Background: The aim of the study was to examine the proneness, the functions and triggering situations of weeping in anorexic and bulimic women. Methods: Participants were 36 anorexic and 31 bulimic female patients and 56 age-matched female controls. All women completed the Questionnaire on Adult Crying. We limited our study to results on 'crying proneness', 'functions of crying' and 'determining factors of crying'. Results: Bulimic patients reported to have cried significantly more often in the last 4 weeks, to be more likely to cry in situations of distress and to have used weeping significantly more often as a manipulative behavior than control women. Anorexic patients rated their tendency to cry significantly lower and experienced weeping as significantly more negative than controls. Conclusions: Compared to control women, anorexic patients associated weeping with negative feelings as opposed to bulimic patients who appeared to use weeping on an intentional basis. These deviations from control women seem to mirror the introvert character of anorexic patients and the extrovert impulsive personality of patients with bulimia nervosa, respectively.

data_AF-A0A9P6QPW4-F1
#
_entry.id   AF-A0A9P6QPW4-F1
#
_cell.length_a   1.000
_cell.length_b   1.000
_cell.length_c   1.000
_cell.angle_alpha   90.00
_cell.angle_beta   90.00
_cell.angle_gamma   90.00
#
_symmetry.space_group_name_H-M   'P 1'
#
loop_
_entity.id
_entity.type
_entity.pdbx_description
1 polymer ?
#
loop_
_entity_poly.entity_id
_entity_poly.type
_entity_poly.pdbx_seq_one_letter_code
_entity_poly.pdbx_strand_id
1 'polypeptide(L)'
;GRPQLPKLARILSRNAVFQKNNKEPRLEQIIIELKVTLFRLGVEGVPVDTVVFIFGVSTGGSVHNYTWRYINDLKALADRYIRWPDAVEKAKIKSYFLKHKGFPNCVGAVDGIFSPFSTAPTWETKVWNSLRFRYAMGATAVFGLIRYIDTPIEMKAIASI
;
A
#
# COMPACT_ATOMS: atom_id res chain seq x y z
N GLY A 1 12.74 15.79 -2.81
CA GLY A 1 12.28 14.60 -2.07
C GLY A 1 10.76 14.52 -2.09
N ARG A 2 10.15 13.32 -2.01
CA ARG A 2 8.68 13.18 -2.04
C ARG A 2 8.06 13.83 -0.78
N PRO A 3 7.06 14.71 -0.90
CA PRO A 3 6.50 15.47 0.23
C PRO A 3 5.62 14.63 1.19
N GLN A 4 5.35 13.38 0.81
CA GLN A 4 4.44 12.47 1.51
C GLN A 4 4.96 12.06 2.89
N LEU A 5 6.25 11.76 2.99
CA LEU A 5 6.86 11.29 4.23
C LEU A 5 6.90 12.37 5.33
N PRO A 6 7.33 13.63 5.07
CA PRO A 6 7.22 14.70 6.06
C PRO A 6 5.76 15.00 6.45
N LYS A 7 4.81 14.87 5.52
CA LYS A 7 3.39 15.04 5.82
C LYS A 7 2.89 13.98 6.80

|Journal||Psychotherapy and Psychosomatics|
|Publication status||Published - 1999|